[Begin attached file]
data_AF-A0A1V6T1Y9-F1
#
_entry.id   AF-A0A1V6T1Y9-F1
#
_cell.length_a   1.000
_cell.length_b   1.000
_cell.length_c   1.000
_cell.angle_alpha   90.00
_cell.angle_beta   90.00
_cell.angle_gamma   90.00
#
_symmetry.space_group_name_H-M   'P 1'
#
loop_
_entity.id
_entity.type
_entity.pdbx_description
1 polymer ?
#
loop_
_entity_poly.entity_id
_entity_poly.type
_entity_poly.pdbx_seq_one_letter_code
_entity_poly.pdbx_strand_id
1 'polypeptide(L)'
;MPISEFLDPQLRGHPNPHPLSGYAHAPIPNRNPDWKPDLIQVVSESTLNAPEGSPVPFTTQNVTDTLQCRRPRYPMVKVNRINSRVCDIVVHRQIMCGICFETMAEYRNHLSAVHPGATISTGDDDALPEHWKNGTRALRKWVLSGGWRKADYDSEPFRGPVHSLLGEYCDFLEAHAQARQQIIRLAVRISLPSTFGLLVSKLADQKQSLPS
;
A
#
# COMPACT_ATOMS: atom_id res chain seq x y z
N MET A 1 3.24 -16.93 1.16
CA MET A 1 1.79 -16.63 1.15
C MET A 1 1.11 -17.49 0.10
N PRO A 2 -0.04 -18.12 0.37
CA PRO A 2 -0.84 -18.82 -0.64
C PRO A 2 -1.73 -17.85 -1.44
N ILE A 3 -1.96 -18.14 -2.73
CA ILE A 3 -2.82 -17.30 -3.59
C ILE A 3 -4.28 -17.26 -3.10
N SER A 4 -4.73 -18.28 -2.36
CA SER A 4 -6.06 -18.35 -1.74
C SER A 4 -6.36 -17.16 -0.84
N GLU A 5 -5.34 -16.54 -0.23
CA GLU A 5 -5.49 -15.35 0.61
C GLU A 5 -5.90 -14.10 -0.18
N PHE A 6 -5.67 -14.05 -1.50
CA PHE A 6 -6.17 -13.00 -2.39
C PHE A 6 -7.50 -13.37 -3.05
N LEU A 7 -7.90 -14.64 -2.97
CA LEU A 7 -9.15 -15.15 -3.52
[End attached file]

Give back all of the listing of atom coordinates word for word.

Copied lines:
data_AF-A0A1V6T1Y9-F1
#
_entry.id   AF-A0A1V6T1Y9-F1
#
_cell.length_a   1.000
_cell.length_b   1.000
_cell.length_c   1.000
_cell.angle_alpha   90.00
_cell.angle_beta   90.00
_cell.angle_gamma   90.00
#
_symmetry.space_group_name_H-M   'P 1'
#
loop_
_entity.id
_entity.type
_entity.pdbx_description
1 polymer ?
#
loop_
_entity_poly.entity_id
_entity_poly.type
_entity_poly.pdbx_seq_one_letter_code
_entity_poly.pdbx_strand_id
1 'polypeptide(L)'
;MPISEFLDPQLRGHPNPHPLSGYAHAPIPNRNPDWKPDLIQVVSESTLNAPEGSPVPFTTQNVTDTLQCRRPRYPMVKVNRINSRVCDIVVHRQIMCGICFETMAEYRNHLSAVHPGATISTGDDDALPEHWKNGTRALRKWVLSGGWRKADYDSEPFRGPVHSLLGEYCDFLEAHAQARQQIIRLAVRISLPSTFGLLVSKLADQKQSLPS
;
A
#
# COMPACT_ATOMS: atom_id res chain seq x y z
N MET A 1 3.24 -16.93 1.16
CA MET A 1 1.79 -16.63 1.15
C MET A 1 1.11 -17.49 0.10
N PRO A 2 -0.04 -18.12 0.37
CA PRO A 2 -0.84 -18.82 -0.64
C PRO A 2 -1.73 -17.85 -1.44
N ILE A 3 -1.96 -18.14 -2.73
CA ILE A 3 -2.82 -17.30 -3.59
C ILE A 3 -4.28 -17.26 -3.10
N SER A 4 -4.73 -18.28 -2.36
CA SER A 4 -6.06 -18.35 -1.74
C SER A 4 -6.36 -17.16 -0.84
N GLU A 5 -5.34 -16.54 -0.23
CA GLU A 5 -5.49 -15.35 0.61
C GLU A 5 -5.90 -14.10 -0.18
N PHE A 6 -5.67 -14.05 -1.50
CA PHE A 6 -6.17 -13.00 -2.39
C PHE A 6 -7.50 -13.37 -3.05
N LEU A 7 -7.90 -14.64 -2.97
CA LEU A 7 -9.15 -15.15 -3.52